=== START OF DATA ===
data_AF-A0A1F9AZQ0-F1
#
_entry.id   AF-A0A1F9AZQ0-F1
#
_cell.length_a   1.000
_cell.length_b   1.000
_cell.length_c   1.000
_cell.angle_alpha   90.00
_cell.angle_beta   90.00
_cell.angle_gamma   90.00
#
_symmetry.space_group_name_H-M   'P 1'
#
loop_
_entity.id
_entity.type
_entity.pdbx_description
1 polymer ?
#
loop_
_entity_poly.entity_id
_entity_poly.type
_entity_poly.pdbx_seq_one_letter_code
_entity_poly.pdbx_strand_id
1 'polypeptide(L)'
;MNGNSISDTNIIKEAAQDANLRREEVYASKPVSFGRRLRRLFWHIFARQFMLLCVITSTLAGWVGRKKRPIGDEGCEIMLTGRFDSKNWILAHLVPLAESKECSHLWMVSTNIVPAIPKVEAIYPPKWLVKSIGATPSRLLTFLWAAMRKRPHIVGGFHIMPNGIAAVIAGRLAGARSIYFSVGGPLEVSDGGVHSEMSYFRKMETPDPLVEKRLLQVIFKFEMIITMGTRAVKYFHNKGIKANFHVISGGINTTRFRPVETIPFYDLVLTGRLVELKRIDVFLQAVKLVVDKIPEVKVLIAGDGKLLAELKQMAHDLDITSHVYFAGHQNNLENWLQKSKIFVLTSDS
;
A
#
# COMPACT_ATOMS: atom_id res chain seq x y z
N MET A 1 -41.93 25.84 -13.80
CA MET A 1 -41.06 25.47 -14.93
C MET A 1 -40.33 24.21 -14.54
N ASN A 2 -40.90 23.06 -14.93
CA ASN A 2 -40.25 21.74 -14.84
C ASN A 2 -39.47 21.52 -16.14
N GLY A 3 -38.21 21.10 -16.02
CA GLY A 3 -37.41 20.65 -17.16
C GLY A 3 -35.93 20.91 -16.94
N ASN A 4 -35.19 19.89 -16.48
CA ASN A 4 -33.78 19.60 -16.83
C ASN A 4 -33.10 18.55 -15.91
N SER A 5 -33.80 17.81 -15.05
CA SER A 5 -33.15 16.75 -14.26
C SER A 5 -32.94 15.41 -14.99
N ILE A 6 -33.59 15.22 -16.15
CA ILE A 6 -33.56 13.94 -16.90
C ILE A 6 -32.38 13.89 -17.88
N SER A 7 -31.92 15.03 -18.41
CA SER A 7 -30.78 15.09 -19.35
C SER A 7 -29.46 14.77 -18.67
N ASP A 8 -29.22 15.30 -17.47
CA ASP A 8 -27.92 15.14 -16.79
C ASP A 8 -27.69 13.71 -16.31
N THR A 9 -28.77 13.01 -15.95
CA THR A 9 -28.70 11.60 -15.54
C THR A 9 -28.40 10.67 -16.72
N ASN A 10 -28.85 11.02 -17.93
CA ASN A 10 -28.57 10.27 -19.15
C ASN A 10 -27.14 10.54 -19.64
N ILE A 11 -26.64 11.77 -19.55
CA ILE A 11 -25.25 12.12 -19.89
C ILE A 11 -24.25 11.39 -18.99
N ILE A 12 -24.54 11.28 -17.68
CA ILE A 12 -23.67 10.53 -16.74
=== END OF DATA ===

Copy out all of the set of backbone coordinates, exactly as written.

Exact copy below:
data_AF-A0A1F9AZQ0-F1
#
_entry.id   AF-A0A1F9AZQ0-F1
#
_cell.length_a   1.000
_cell.length_b   1.000
_cell.length_c   1.000
_cell.angle_alpha   90.00
_cell.angle_beta   90.00
_cell.angle_gamma   90.00
#
_symmetry.space_group_name_H-M   'P 1'
#
loop_
_entity.id
_entity.type
_entity.pdbx_description
1 polymer ?
#
loop_
_entity_poly.entity_id
_entity_poly.type
_entity_poly.pdbx_seq_one_letter_code
_entity_poly.pdbx_strand_id
1 'polypeptide(L)'
;MNGNSISDTNIIKEAAQDANLRREEVYASKPVSFGRRLRRLFWHIFARQFMLLCVITSTLAGWVGRKKRPIGDEGCEIMLTGRFDSKNWILAHLVPLAESKECSHLWMVSTNIVPAIPKVEAIYPPKWLVKSIGATPSRLLTFLWAAMRKRPHIVGGFHIMPNGIAAVIAGRLAGARSIYFSVGGPLEVSDGGVHSEMSYFRKMETPDPLVEKRLLQVIFKFEMIITMGTRAVKYFHNKGIKANFHVISGGINTTRFRPVETIPFYDLVLTGRLVELKRIDVFLQAVKLVVDKIPEVKVLIAGDGKLLAELKQMAHDLDITSHVYFAGHQNNLENWLQKSKIFVLTSDS
;
A
#
# COMPACT_ATOMS: atom_id res chain seq x y z
N MET A 1 -41.93 25.84 -13.80
CA MET A 1 -41.06 25.47 -14.93
C MET A 1 -40.33 24.21 -14.54
N ASN A 2 -40.90 23.06 -14.93
CA ASN A 2 -40.25 21.74 -14.84
C ASN A 2 -39.47 21.52 -16.14
N GLY A 3 -38.21 21.10 -16.02
CA GLY A 3 -37.41 20.65 -17.16
C GLY A 3 -35.93 20.91 -16.94
N ASN A 4 -35.19 19.89 -16.48
CA ASN A 4 -33.78 19.60 -16.83
C ASN A 4 -33.10 18.55 -15.91
N SER A 5 -33.80 17.81 -15.05
CA SER A 5 -33.15 16.75 -14.26
C SER A 5 -32.94 15.41 -14.99
N ILE A 6 -33.59 15.22 -16.15
CA ILE A 6 -33.56 13.94 -16.90
C ILE A 6 -32.38 13.89 -17.88
N SER A 7 -31.92 15.03 -18.41
CA SER A 7 -30.78 15.09 -19.35
C SER A 7 -29.46 14.77 -18.67
N ASP A 8 -29.22 15.30 -17.47
CA ASP A 8 -27.92 15.14 -16.79
C ASP A 8 -27.69 13.71 -16.31
N THR A 9 -28.77 13.01 -15.95
CA THR A 9 -28.70 11.60 -15.54
C THR A 9 -28.40 10.67 -16.72
N ASN A 10 -28.85 11.02 -17.93
CA ASN A 10 -28.57 10.27 -19.15
C ASN A 10 -27.14 10.54 -19.64
N ILE A 11 -26.64 11.77 -19.55
CA ILE A 11 -25.25 12.12 -19.89
C ILE A 11 -24.25 11.39 -18.99
N ILE A 12 -24.54 11.28 -17.68
CA ILE A 12 -23.67 10.53 -16.74